Quality assurance is integral to the provision of good quality care. It has been long recognised as good commercial practice for businesses to check that their goods and services meet customer expectations and comply with industry standards.

In health and social care, the relevant regulators assure quality by inspecting a registered service against the relevant standards and regulations. Local service commissioners will also check that services under contract to them are achieving their quality standards and are providing value for the public monies that they are investing in them. If services are not meeting the required standards, they will be expected to make the necessary improvements and will be penalised if they fail to do so.

All forms of quality assurance require organisations to have their own systems and processes for checking that they are working correctly and effectively to achieve their goals and to take corrective actions if they find that they are not. Through the information obtained from the various management activities involved in monitoring, reviewing and auditing, the organisation can judge its own performance. The information will also feed into the information base of any outside assessors (inspectors or local authority quality standards sections) and contribute to their respective assessments.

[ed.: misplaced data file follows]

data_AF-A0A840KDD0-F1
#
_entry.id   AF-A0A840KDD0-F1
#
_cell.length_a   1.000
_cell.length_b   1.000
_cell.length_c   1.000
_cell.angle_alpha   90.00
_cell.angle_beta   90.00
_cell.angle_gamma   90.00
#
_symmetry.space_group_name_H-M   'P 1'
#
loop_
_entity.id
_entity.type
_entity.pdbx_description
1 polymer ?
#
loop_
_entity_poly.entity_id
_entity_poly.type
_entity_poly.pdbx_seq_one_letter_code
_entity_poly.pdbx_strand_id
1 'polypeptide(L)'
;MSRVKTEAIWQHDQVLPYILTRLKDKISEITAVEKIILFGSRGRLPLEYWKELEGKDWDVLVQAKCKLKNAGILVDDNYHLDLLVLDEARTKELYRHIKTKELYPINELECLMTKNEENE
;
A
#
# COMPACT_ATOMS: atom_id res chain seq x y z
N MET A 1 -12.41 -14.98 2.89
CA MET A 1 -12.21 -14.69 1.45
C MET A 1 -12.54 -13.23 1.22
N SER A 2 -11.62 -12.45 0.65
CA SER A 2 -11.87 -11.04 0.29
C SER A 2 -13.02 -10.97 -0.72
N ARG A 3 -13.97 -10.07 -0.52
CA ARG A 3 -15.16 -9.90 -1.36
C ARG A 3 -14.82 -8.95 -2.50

Care services should develop their own quality systems, following a clear set of principles, and use the feedback from inspections to improve the quality of their provision.

This topic should be read alongside the topic on Inspection Procedures. Complaints handling is also closely linked to quality assurance as discussed in the Complaints and Compliments topic.

Managers might also refer to The Care Service as a Learning Organisation topic to identify the key role played by quality assurance in business and service development.

During the coronavirus outbreak and the measures taken to deal with it, every effort should be made to maintain quality assurance processes, which includes regularly checking the relevant policies and procedures and assessing the impact that they are having on standards of care. (See the Coronavirus toolkit for care services for the relevant resources).

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